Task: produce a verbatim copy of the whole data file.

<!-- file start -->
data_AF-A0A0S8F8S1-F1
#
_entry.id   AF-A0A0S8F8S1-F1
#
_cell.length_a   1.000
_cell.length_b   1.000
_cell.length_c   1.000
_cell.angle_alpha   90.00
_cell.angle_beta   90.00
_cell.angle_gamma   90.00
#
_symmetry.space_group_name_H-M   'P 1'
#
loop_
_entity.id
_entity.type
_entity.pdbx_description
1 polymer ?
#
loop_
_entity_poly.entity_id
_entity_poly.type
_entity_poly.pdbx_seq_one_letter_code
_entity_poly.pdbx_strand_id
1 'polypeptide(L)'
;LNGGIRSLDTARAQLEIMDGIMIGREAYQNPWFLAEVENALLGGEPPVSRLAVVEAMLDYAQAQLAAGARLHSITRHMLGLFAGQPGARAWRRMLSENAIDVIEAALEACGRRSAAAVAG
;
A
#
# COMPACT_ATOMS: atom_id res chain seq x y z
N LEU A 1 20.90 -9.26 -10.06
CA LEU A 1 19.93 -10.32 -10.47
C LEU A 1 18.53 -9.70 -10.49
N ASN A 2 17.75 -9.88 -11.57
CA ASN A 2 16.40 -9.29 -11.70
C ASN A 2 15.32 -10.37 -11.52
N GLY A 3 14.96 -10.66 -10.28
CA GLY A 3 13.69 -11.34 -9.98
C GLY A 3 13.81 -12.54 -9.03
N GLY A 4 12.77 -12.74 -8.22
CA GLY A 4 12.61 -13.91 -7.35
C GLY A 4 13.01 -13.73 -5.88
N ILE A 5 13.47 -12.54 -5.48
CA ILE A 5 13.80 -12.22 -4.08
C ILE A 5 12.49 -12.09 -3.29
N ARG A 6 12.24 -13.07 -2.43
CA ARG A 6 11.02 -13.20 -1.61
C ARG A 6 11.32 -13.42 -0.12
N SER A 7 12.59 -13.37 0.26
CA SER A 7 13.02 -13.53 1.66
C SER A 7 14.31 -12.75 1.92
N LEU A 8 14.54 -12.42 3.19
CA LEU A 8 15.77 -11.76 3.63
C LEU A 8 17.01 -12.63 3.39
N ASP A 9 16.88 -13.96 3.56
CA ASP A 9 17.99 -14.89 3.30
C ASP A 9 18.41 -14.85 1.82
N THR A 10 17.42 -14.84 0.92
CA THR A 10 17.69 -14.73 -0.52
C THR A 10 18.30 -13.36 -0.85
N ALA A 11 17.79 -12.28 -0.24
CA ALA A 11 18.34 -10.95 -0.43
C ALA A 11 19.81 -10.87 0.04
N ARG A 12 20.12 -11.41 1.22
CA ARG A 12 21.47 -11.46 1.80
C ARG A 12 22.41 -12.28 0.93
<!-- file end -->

data_AF-A0A0S8F8S1-F1
#
_entry.id   AF-A0A0S8F8S1-F1
#
_cell.length_a   1.000
_cell.length_b   1.000
_cell.length_c   1.000
_cell.angle_alpha   90.00
_cell.angle_beta   90.00
_cell.angle_gamma   90.00
#
_symmetry.space_group_name_H-M   'P 1'
#
loop_
_entity.id
_entity.type
_entity.pdbx_description
1 polymer ?
#
loop_
_entity_poly.entity_id
_entity_poly.type
_entity_poly.pdbx_seq_one_letter_code
_entity_poly.pdbx_strand_id
1 'polypeptide(L)'
;LNGGIRSLDTARAQLEIMDGIMIGREAYQNPWFLAEVENALLGGEPPVSRLAVVEAMLDYAQAQLAAGARLHSITRHMLGLFAGQPGARAWRRMLSENAIDVIEAALEACGRRSAAAVAG
;
A
#
# COMPACT_ATOMS: atom_id res chain seq x y z
N LEU A 1 20.90 -9.26 -10.06
CA LEU A 1 19.93 -10.32 -10.47
C LEU A 1 18.53 -9.70 -10.49
N ASN A 2 17.75 -9.88 -11.57
CA ASN A 2 16.40 -9.29 -11.70
C ASN A 2 15.32 -10.37 -11.52
N GLY A 3 14.96 -10.66 -10.28
CA GLY A 3 13.69 -11.34 -9.98
C GLY A 3 13.81 -12.54 -9.03
N GLY A 4 12.77 -12.74 -8.22
CA GLY A 4 12.61 -13.91 -7.35
C GLY A 4 13.01 -13.73 -5.88
N ILE A 5 13.47 -12.54 -5.48
CA ILE A 5 13.80 -12.22 -4.08
C ILE A 5 12.49 -12.09 -3.29
N ARG A 6 12.24 -13.07 -2.43
CA ARG A 6 11.02 -13.20 -1.61
C ARG A 6 11.32 -13.42 -0.12
N SER A 7 12.59 -13.37 0.26
CA SER A 7 13.02 -13.53 1.66
C SER A 7 14.31 -12.75 1.92
N LEU A 8 14.54 -12.42 3.19
CA LEU A 8 15.77 -11.76 3.63
C LEU A 8 17.01 -12.63 3.39
N ASP A 9 16.88 -13.96 3.56
CA ASP A 9 17.99 -14.89 3.30
C ASP A 9 18.41 -14.85 1.82
N THR A 10 17.42 -14.84 0.92
CA THR A 10 17.69 -14.73 -0.52
C THR A 10 18.30 -13.36 -0.85
N ALA A 11 17.79 -12.28 -0.24
CA ALA A 11 18.34 -10.95 -0.43
C ALA A 11 19.81 -10.87 0.04
N ARG A 12 20.12 -11.41 1.22
CA ARG A 12 21.47 -11.46 1.80
C ARG A 12 22.41 -12.28 0.93